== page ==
2. Starting September 23, 2016, financial institutions were required to be able to process ACH credit requests in all three settlement windows. (That means simply being able to process requests to add funds to an account.)
      3. On March 16, 2018, banks were required to make funds available by 5:00PM local time for ACH credit transactions processed in the day’s first two settlement windows. (That means not just appearing as “Pending” on your bank ledger, but being fully settled as a completed transaction.)

It’s important to note that while this new settlement schedule made funds available for same day credit transactions, same-day debit settlement is still not possible. 

That’s because ACH debit transactions require a mandatory waiting period. Since the originating bank is requesting to pull money out of another bank, NACHA rules give the party losing funds two days to stop the transaction before it is considered settled. Same-day ACH does, however, start the mandatory waiting period more than a half-day earlier than it did before.

The Impact of Same-Day ACH Transfers

Same-day ACH payments don’t make available instant payments or even same-day funds, necessarily. The same-day transaction means that every bank in the US supports the ability to process outstanding requests three times a day instead of once. Not all transactions are eligible to settle same-day, but virtually every payment processes faster.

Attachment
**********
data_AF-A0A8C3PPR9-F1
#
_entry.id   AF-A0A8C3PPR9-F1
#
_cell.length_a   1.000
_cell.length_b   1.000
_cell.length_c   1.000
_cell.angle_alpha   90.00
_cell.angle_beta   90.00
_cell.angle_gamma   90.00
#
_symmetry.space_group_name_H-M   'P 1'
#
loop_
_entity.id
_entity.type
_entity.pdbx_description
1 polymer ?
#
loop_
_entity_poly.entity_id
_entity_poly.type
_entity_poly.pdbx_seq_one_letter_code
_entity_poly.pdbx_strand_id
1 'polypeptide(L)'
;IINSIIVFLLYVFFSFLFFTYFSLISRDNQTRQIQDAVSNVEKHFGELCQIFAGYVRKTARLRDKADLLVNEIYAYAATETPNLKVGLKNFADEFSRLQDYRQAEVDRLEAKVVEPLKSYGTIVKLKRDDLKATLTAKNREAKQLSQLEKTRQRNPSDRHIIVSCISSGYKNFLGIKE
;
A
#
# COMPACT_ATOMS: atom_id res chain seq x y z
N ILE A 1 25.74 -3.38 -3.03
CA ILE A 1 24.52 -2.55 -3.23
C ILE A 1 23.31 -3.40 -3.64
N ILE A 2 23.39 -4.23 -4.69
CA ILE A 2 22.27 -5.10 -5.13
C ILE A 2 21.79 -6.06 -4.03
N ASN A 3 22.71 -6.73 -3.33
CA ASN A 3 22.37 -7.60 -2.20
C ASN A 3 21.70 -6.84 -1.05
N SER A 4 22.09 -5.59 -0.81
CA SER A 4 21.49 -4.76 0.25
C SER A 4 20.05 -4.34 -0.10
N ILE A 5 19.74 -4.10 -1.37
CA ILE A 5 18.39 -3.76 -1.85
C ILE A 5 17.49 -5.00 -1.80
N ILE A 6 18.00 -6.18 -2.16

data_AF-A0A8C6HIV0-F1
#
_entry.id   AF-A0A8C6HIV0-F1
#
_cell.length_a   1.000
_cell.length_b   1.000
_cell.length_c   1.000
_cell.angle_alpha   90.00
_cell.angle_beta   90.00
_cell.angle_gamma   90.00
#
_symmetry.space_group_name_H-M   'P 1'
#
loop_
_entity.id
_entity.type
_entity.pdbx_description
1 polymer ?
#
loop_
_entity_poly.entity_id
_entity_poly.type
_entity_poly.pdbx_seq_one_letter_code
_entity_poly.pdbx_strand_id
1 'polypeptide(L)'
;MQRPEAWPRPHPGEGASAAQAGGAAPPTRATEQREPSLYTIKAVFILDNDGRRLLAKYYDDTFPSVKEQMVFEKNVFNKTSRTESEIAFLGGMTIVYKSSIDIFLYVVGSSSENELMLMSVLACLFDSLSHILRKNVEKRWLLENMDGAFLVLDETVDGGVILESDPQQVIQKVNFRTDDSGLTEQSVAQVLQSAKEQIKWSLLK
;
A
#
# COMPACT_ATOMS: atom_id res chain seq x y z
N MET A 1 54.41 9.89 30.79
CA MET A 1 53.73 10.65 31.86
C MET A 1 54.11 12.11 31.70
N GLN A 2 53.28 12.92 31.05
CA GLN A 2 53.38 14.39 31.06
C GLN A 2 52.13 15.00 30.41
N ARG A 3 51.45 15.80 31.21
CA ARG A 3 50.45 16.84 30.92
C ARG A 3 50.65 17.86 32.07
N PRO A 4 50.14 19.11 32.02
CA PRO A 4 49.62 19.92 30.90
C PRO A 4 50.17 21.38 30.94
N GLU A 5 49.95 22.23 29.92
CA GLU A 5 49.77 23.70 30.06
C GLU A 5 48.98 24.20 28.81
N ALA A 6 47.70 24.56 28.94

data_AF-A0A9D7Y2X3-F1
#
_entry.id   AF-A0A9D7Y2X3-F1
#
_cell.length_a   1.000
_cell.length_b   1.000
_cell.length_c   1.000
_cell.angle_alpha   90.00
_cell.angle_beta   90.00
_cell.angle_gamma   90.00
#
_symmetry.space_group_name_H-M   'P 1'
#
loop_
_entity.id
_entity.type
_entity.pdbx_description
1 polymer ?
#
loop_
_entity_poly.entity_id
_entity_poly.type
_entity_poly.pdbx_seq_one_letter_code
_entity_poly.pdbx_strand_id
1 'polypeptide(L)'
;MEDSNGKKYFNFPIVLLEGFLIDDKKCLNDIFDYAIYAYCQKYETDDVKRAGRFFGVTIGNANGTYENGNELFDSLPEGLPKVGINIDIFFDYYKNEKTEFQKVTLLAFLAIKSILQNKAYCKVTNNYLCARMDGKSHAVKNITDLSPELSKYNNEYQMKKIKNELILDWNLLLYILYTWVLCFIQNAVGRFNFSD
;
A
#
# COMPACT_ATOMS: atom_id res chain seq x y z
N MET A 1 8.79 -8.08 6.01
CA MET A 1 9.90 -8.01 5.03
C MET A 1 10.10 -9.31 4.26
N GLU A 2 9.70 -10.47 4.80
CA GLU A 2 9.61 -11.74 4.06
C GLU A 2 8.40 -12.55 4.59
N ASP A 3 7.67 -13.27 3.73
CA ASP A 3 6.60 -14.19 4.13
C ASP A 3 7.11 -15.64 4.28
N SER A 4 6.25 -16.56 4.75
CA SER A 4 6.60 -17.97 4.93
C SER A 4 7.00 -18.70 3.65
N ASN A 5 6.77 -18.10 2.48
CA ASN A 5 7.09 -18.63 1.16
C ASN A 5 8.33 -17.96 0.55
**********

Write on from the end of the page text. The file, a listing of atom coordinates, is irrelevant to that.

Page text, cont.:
This was an important step forward for the US payments system. ACH is a heavy-duty set of rails that is stable and secure enough to handle institutional funds transfers of all sizes. Thrice-daily processing means business-to-business payments speed up and bill payment becomes more flexible. Many companies have even chosen to alter their payroll processing in light of these changes. 

Prior to the project’s launch NACHA’s research identified 63 potential use cases for same-day ACH transfers. Some of the most prominent were:

    • Payroll. Same-day credit settlement helps companies pay hourly or temp workers faster, and even have funds available by the end of the day the payroll is initiated.
    • Urgent funds transfer. Extremely time-sensitive payments are possible—everything from medical insurance disbursements to paying a bill before it’s overdue.
    • B2B payments. Trading partners are able to settle invoice payments faster, and include remittance information amongst themselves.

Same-Day ACH is a Choice

The last critical thing to know: this is an elective option that originators can make. Same-day ACH is simply an option for moving payments faster. Not all ACH transfers adhere to the same-day schedule. It’s like choosing next-day delivery from a parcel carrier instead of the regular ground shipping option. In fact, part of the Same-day ACH rule was the creation of a new 5.2¢ fee to be remitted to the recipient bank to subsidize the added cost of meeting three processing deadlines a day.

The ACH network still supports slower processing times like the traditional next-day transactions. But for the first time, the originating bank, for a small fee, can opt to have their transaction request processed in just a few hours.